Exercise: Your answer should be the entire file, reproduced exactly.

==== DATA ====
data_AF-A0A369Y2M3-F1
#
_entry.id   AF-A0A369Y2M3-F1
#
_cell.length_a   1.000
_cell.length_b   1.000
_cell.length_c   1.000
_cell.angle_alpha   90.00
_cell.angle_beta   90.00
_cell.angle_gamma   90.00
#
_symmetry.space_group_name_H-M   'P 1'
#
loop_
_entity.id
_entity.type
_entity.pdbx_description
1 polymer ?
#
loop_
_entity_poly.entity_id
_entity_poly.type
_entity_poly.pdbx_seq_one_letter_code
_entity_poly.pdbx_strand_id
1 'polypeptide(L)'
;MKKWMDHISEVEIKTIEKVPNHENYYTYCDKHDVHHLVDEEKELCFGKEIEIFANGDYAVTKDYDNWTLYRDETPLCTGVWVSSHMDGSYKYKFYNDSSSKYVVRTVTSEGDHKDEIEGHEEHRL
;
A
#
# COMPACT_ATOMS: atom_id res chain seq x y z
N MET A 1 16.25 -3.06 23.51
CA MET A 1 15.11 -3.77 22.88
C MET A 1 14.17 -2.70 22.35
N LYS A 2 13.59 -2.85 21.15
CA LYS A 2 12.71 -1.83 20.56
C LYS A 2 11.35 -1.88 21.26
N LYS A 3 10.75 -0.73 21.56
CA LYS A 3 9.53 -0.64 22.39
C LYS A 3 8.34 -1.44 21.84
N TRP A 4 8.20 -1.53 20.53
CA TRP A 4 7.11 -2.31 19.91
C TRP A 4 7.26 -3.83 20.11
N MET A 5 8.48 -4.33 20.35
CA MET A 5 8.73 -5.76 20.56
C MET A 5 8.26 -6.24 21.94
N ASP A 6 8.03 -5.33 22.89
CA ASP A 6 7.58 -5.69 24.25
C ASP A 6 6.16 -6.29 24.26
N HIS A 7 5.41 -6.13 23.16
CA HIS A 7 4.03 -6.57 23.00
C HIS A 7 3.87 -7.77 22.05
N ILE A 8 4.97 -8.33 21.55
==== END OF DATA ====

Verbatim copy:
data_AF-A0A369Y2M3-F1
#
_entry.id   AF-A0A369Y2M3-F1
#
_cell.length_a   1.000
_cell.length_b   1.000
_cell.length_c   1.000
_cell.angle_alpha   90.00
_cell.angle_beta   90.00
_cell.angle_gamma   90.00
#
_symmetry.space_group_name_H-M   'P 1'
#
loop_
_entity.id
_entity.type
_entity.pdbx_description
1 polymer ?
#
loop_
_entity_poly.entity_id
_entity_poly.type
_entity_poly.pdbx_seq_one_letter_code
_entity_poly.pdbx_strand_id
1 'polypeptide(L)'
;MKKWMDHISEVEIKTIEKVPNHENYYTYCDKHDVHHLVDEEKELCFGKEIEIFANGDYAVTKDYDNWTLYRDETPLCTGVWVSSHMDGSYKYKFYNDSSSKYVVRTVTSEGDHKDEIEGHEEHRL
;
A
#
# COMPACT_ATOMS: atom_id res chain seq x y z
N MET A 1 16.25 -3.06 23.51
CA MET A 1 15.11 -3.77 22.88
C MET A 1 14.17 -2.70 22.35
N LYS A 2 13.59 -2.85 21.15
CA LYS A 2 12.71 -1.83 20.56
C LYS A 2 11.35 -1.88 21.26
N LYS A 3 10.75 -0.73 21.56
CA LYS A 3 9.53 -0.64 22.39
C LYS A 3 8.34 -1.44 21.84
N TRP A 4 8.20 -1.53 20.53
CA TRP A 4 7.11 -2.31 19.91
C TRP A 4 7.26 -3.83 20.11
N MET A 5 8.48 -4.33 20.35
CA MET A 5 8.73 -5.76 20.56
C MET A 5 8.26 -6.24 21.94
N ASP A 6 8.03 -5.33 22.89
CA ASP A 6 7.58 -5.69 24.25
C ASP A 6 6.16 -6.29 24.26
N HIS A 7 5.41 -6.13 23.16
CA HIS A 7 4.03 -6.57 23.00
C HIS A 7 3.87 -7.77 22.05
N ILE A 8 4.97 -8.33 21.55